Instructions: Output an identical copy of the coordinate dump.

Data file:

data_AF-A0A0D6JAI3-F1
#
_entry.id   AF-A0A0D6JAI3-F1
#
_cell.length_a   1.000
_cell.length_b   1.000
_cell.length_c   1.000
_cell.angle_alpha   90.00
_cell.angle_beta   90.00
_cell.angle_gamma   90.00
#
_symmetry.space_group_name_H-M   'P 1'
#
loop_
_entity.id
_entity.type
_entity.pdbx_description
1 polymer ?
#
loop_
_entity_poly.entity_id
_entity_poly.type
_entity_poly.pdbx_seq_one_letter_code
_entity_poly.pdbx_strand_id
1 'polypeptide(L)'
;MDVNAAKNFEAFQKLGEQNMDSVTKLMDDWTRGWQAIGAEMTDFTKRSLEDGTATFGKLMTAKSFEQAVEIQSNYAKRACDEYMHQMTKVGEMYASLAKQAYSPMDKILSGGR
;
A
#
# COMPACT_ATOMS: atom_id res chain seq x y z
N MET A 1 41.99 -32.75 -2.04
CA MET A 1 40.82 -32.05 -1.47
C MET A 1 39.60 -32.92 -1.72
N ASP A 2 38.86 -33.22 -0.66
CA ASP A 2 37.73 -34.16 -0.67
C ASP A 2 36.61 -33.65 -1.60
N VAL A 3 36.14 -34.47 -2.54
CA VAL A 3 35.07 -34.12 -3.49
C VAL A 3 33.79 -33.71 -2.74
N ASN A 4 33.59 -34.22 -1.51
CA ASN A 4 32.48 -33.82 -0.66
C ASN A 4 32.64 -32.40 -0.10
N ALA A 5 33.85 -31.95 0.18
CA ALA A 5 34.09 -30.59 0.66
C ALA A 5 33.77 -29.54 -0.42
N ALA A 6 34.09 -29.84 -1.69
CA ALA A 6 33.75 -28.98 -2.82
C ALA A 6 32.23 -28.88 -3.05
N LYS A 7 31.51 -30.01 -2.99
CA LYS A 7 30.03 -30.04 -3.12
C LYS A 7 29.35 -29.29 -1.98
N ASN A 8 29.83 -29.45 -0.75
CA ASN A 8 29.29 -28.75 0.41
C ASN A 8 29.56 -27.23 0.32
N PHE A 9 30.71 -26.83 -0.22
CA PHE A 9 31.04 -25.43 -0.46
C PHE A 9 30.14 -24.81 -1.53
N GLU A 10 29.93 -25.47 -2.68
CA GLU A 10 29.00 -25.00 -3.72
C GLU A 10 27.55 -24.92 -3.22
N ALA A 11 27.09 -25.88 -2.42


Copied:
data_AF-A0A0D6JAI3-F1
#
_entry.id   AF-A0A0D6JAI3-F1
#
_cell.length_a   1.000
_cell.length_b   1.000
_cell.length_c   1.000
_cell.angle_alpha   90.00
_cell.angle_beta   90.00
_cell.angle_gamma   90.00
#
_symmetry.space_group_name_H-M   'P 1'
#
loop_
_entity.id
_entity.type
_entity.pdbx_description
1 polymer ?
#
loop_
_entity_poly.entity_id
_entity_poly.type
_entity_poly.pdbx_seq_one_letter_code
_entity_poly.pdbx_strand_id
1 'polypeptide(L)'
;MDVNAAKNFEAFQKLGEQNMDSVTKLMDDWTRGWQAIGAEMTDFTKRSLEDGTATFGKLMTAKSFEQAVEIQSNYAKRACDEYMHQMTKVGEMYASLAKQAYSPMDKILSGGR
;
A
#
# COMPACT_ATOMS: atom_id res chain seq x y z
N MET A 1 41.99 -32.75 -2.04
CA MET A 1 40.82 -32.05 -1.47
C MET A 1 39.60 -32.92 -1.72
N ASP A 2 38.86 -33.22 -0.66
CA ASP A 2 37.73 -34.16 -0.67
C ASP A 2 36.61 -33.65 -1.60
N VAL A 3 36.14 -34.47 -2.54
CA VAL A 3 35.07 -34.12 -3.49
C VAL A 3 33.79 -33.71 -2.74
N ASN A 4 33.59 -34.22 -1.51
CA ASN A 4 32.48 -33.82 -0.66
C ASN A 4 32.64 -32.40 -0.10
N ALA A 5 33.85 -31.95 0.18
CA ALA A 5 34.09 -30.59 0.66
C ALA A 5 33.77 -29.54 -0.42
N ALA A 6 34.09 -29.84 -1.69
CA ALA A 6 33.75 -28.98 -2.82
C ALA A 6 32.23 -28.88 -3.05
N LYS A 7 31.51 -30.01 -2.99
CA LYS A 7 30.03 -30.04 -3.12
C LYS A 7 29.35 -29.29 -1.98
N ASN A 8 29.83 -29.45 -0.75
CA ASN A 8 29.29 -28.75 0.41
C ASN A 8 29.56 -27.23 0.32
N PHE A 9 30.71 -26.83 -0.22
CA PHE A 9 31.04 -25.43 -0.46
C PHE A 9 30.14 -24.81 -1.53
N GLU A 10 29.93 -25.47 -2.68
CA GLU A 10 29.00 -25.00 -3.72
C GLU A 10 27.55 -24.92 -3.22
N ALA A 11 27.09 -25.88 -2.42